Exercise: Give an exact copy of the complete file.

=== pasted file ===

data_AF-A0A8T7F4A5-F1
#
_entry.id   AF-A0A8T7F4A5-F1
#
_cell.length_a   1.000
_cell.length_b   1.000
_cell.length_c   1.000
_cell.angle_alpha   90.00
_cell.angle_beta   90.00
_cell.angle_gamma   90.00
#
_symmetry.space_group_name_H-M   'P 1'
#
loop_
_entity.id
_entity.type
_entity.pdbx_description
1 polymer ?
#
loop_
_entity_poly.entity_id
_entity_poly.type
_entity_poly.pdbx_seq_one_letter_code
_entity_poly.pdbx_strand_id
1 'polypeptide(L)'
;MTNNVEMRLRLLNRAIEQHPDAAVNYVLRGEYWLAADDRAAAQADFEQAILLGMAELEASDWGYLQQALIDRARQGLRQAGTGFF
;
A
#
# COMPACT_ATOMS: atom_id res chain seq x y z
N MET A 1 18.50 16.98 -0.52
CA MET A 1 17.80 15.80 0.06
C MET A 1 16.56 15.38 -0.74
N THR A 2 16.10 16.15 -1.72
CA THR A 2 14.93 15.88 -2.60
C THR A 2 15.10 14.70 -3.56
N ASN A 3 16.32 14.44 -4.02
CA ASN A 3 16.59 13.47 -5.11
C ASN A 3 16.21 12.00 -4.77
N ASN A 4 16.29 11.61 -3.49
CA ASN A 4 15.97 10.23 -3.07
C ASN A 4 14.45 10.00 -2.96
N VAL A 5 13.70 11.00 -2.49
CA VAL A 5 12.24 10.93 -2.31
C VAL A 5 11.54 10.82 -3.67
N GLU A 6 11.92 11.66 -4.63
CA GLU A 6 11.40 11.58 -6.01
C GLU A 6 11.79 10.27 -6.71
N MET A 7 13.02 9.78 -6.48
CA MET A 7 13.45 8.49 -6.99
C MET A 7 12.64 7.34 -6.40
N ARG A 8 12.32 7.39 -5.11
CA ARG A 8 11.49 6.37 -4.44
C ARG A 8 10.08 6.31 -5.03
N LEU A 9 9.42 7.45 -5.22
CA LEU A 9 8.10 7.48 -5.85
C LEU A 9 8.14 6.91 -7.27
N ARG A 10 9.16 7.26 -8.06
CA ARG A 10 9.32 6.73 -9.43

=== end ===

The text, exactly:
data_AF-A0A8T7F4A5-F1
#
_entry.id   AF-A0A8T7F4A5-F1
#
_cell.length_a   1.000
_cell.length_b   1.000
_cell.length_c   1.000
_cell.angle_alpha   90.00
_cell.angle_beta   90.00
_cell.angle_gamma   90.00
#
_symmetry.space_group_name_H-M   'P 1'
#
loop_
_entity.id
_entity.type
_entity.pdbx_description
1 polymer ?
#
loop_
_entity_poly.entity_id
_entity_poly.type
_entity_poly.pdbx_seq_one_letter_code
_entity_poly.pdbx_strand_id
1 'polypeptide(L)'
;MTNNVEMRLRLLNRAIEQHPDAAVNYVLRGEYWLAADDRAAAQADFEQAILLGMAELEASDWGYLQQALIDRARQGLRQAGTGFF
;
A
#
# COMPACT_ATOMS: atom_id res chain seq x y z
N MET A 1 18.50 16.98 -0.52
CA MET A 1 17.80 15.80 0.06
C MET A 1 16.56 15.38 -0.74
N THR A 2 16.10 16.15 -1.72
CA THR A 2 14.93 15.88 -2.60
C THR A 2 15.10 14.70 -3.56
N ASN A 3 16.32 14.44 -4.02
CA ASN A 3 16.59 13.47 -5.11
C ASN A 3 16.21 12.00 -4.77
N ASN A 4 16.29 11.61 -3.49
CA ASN A 4 15.97 10.23 -3.07
C ASN A 4 14.45 10.00 -2.96
N VAL A 5 13.70 11.00 -2.49
CA VAL A 5 12.24 10.93 -2.31
C VAL A 5 11.54 10.82 -3.67
N GLU A 6 11.92 11.66 -4.63
CA GLU A 6 11.40 11.58 -6.01
C GLU A 6 11.79 10.27 -6.71
N MET A 7 13.02 9.78 -6.48
CA MET A 7 13.45 8.49 -6.99
C MET A 7 12.64 7.34 -6.40
N ARG A 8 12.32 7.39 -5.11
CA ARG A 8 11.49 6.37 -4.44
C ARG A 8 10.08 6.31 -5.03
N LEU A 9 9.42 7.45 -5.22
CA LEU A 9 8.10 7.48 -5.85
C LEU A 9 8.14 6.91 -7.27
N ARG A 10 9.16 7.26 -8.06
CA ARG A 10 9.32 6.73 -9.43